I am not really in the habit of defending the media. And I acknowledge that many were far too quick to dismiss the possibility that the virus that causes Covid-19 escaped from a Chinese lab, especially considering that whistleblowers have been saying for years that a lab leak somewhere was inevitable. It’s true as well that the term “conspiracy theory” was (once again) weaponized for partisan purposes. I also concede that the smug superiority and obsession with mocking the rubes that permeate professional media led to incuriosity about the origins of the coronavirus. There’s lots of blame to go around and I endorse Matt Yglesias’s analysis.
But I also think that a lot of the gloating about this issue has been unjustified and untoward. This is particularly true because we still don’t have the slightest idea whether the virus was zoonotic or escaped from a lab. It’s essential to underline that last point because if you only paid attention to all of the dunking going on you would be under the impression that we know for a fact that the virus emerged from a lab. We don’t know that, at all. It’s a strong possibility, but that’s as much as we can say, and given the nature of what we’re talking about there’s every chance that we’ll never know more than that. Pretending we know what we don’t was the problem in the first place, right? Yes, the media has lessons to learn here. But they are lessons about epistemological humility, which those prosecuting the case against the media seem to be lacking as well. Don’t commit overreach in condemning that of others.
I do not have the slightest idea what the origins of SARS-CoV-2 might be. (I assume no one would be so foolish as to think I’m worth listening to on that question.) I hope we find out and that the media learns lessons from its rush to belittle those who asked legitimate questions. But now is not the time to gloat. We are all still in the dark.
Consider the contrast with the January 6th Capitol riot. The failures there in terms of basic information were incredible; professional journalists were continuing to publicly claim that Officer Brian Sicknick’s skull had been bashed in with a fire extinguisher weeks after his family had publicly shared that he had called them (and told them he was fine!) the night after the event in question. To this day, people who had repeated such lies continue to mutter darkly about how the strokes that actually killed him might, if we’re being extraordinarily loose in our definition of culpability, mean the rioters were responsible for Sicknick’s death. Liberal journalists knew that the riot was an organized coup, that they had come armed with zip ties to kidnap lawmakers, that they had torn out the panic buttons, that they were heavily armed, that they had murdered members of the Capitol police…. And now, though they may have pulled back from those specific claims, kicking and screaming, they will not relent on their general stance that this was an organized and coup attempt that came close to succeeding. This is patently ridiculous; the January 6th rioters were a bunch of idiot deadenders who, while deserving of the arrests and censure they have received, could not have taken control of a Chucky Cheese, let alone the US government. But in the Trump era the media has been utterly transfixed by a decidedly unserious project: making everyone else panic as deeply as they panicked on November 8th, 2016.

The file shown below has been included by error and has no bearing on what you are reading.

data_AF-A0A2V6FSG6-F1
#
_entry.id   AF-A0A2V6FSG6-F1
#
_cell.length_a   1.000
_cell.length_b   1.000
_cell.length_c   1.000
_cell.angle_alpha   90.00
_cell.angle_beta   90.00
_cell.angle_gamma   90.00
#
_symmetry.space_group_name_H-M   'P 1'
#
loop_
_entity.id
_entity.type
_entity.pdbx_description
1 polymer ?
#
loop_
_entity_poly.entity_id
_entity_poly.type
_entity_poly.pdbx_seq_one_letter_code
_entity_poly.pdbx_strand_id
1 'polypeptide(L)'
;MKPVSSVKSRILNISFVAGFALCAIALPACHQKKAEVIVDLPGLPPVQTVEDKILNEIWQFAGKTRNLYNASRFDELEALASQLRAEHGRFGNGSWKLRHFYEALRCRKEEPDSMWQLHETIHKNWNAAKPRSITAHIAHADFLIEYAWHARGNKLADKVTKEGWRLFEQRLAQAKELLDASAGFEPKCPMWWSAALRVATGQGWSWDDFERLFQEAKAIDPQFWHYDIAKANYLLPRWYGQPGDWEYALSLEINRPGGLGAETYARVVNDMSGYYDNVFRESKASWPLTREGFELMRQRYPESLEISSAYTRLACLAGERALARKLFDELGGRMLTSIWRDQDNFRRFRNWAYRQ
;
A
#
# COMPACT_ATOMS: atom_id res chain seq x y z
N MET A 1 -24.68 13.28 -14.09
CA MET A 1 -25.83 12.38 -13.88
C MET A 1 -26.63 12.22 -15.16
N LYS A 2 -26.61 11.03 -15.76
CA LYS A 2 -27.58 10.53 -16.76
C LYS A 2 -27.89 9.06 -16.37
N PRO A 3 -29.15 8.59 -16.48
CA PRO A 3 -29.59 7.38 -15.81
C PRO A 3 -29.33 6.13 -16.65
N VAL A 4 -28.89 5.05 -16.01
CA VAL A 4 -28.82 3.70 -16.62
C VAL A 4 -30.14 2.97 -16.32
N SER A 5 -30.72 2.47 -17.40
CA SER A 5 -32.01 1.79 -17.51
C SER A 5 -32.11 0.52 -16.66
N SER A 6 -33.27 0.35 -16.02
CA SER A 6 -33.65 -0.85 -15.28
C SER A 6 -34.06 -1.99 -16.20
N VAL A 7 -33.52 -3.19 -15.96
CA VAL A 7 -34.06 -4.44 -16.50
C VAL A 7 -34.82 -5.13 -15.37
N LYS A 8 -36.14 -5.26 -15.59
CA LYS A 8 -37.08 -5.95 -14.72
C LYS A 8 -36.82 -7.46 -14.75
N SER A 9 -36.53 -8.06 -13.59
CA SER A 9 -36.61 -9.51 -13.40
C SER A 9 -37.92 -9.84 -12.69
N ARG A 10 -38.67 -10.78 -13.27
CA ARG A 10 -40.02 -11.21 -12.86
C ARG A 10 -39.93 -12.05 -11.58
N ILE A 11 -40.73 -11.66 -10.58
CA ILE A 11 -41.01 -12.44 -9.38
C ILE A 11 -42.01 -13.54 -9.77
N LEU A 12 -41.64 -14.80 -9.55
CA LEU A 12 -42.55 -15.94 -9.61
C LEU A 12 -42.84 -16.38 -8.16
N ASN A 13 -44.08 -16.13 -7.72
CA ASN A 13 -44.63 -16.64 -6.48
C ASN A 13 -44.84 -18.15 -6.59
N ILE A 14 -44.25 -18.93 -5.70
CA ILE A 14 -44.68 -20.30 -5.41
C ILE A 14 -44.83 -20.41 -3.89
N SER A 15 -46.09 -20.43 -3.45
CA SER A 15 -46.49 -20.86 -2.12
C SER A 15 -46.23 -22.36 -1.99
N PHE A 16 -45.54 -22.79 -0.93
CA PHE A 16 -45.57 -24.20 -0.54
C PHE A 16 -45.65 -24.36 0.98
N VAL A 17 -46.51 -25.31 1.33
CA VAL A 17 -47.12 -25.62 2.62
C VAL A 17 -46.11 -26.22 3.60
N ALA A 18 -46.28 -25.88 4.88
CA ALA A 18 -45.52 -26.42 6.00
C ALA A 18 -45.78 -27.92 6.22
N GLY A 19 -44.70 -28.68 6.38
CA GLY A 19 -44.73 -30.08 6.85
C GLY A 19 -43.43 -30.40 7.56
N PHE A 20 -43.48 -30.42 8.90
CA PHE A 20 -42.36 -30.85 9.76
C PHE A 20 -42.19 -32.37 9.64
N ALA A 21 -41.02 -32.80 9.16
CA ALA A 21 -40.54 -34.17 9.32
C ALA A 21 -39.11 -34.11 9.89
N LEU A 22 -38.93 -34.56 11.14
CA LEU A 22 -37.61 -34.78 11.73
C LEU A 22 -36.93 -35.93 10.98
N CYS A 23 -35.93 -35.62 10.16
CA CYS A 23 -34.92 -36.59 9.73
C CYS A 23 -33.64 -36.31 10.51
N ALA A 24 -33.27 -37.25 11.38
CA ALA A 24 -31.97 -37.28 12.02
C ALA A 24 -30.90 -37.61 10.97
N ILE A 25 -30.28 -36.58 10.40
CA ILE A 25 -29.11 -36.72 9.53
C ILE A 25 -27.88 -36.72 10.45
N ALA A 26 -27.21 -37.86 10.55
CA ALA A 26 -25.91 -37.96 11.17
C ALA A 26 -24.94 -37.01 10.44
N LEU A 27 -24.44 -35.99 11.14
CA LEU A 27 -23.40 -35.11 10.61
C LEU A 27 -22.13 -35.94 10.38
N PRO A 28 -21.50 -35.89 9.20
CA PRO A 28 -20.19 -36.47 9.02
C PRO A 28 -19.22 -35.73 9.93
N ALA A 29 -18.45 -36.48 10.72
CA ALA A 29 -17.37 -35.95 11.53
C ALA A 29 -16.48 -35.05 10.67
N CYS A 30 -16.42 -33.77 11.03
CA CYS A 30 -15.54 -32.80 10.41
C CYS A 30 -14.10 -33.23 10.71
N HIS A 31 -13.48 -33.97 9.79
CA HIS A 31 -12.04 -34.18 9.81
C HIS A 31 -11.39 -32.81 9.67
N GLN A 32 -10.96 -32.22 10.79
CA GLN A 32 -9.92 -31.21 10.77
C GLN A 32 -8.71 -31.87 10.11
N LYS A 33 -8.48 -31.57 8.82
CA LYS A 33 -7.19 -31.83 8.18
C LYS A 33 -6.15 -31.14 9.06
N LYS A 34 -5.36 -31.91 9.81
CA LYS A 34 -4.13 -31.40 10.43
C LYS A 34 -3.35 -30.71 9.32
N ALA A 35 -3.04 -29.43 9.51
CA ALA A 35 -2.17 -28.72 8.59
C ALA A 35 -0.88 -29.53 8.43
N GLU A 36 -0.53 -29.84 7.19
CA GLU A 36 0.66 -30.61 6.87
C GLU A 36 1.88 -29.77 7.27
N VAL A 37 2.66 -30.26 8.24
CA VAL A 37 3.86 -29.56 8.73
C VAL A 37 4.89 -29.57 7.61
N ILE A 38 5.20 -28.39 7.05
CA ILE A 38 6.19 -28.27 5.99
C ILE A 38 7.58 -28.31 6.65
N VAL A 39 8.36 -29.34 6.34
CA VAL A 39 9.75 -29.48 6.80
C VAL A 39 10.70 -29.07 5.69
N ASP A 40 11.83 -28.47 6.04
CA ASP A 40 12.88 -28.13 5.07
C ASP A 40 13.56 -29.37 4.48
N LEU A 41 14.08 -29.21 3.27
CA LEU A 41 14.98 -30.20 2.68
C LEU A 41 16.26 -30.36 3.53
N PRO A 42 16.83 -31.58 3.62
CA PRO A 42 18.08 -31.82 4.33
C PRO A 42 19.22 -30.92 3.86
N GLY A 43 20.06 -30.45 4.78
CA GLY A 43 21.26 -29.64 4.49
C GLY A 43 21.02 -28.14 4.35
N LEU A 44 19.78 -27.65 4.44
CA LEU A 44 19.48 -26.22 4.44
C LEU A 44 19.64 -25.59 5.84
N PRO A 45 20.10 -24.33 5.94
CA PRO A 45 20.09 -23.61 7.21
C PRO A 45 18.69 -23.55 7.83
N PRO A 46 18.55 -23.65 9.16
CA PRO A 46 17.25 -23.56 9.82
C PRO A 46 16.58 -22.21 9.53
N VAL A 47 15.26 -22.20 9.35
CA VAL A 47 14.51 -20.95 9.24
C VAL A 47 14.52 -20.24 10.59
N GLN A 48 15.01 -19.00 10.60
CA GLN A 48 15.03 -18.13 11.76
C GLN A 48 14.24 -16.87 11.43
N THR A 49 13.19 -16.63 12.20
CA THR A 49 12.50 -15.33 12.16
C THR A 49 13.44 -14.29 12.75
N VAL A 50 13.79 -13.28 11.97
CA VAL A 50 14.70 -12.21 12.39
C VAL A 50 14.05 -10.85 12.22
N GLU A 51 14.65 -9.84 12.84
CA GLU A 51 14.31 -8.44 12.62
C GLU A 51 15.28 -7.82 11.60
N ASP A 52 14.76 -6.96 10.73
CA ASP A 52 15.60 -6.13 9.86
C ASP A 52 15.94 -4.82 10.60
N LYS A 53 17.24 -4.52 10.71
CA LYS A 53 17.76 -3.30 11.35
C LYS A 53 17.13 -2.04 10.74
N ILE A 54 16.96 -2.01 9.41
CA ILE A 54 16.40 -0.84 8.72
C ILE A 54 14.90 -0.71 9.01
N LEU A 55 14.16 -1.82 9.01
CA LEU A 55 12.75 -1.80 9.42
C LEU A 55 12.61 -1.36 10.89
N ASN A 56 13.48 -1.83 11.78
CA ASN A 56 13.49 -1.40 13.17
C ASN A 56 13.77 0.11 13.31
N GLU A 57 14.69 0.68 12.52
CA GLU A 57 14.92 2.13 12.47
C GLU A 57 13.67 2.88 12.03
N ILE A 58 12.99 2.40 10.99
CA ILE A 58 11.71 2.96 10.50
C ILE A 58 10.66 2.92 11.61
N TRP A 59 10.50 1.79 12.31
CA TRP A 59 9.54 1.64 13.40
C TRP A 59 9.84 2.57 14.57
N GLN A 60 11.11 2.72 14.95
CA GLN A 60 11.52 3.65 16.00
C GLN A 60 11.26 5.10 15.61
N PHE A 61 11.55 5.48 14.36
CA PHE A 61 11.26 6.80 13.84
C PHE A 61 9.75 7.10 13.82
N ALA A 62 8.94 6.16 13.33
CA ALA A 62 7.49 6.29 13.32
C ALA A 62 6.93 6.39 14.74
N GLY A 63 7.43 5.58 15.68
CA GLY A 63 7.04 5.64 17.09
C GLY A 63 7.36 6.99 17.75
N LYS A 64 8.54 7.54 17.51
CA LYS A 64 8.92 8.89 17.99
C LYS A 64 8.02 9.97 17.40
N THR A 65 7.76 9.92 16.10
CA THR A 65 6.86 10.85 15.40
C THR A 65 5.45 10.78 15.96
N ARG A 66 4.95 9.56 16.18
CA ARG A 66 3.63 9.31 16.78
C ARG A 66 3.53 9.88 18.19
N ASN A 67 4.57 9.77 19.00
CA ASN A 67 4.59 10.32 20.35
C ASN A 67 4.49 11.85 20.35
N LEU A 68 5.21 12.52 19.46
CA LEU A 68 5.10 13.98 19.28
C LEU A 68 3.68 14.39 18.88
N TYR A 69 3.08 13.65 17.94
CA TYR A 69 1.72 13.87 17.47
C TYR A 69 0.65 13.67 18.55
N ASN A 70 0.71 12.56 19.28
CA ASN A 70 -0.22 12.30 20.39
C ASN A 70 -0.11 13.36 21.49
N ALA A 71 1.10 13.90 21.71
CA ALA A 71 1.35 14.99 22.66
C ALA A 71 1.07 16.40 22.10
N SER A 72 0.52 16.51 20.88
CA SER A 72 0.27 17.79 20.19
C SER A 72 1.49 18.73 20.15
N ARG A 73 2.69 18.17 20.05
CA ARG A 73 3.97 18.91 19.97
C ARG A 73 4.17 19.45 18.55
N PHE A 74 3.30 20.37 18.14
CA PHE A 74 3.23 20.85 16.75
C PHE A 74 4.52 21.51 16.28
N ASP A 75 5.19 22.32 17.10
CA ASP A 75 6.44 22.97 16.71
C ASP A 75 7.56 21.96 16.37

The media made a mistake in dismissing the lab leak theory due to their Democratic partisanship and are now slowly learning their lesson. The media made far larger and more consequential mistakes about January 6th and due to their Democratic partisanship refuse to learn any lessons. They are convinced that they have found their 9/11 - that is, their chance to stoke fear in a way designed to prompt overreactions that harm their political enemies in precisely the same way that Republicans used September 11th. I find that far scarier, and far worse, than the lab leak failures. The facts about Covid-19’s origins were always shifting and unclear, and while I lament their false certainty, I forgive their errors to the degree that they are willing to apologize. Some are, and some aren’t, and by their humility you will know them. For the contrite, let’s have sympathy. Call me a simp if you’d like.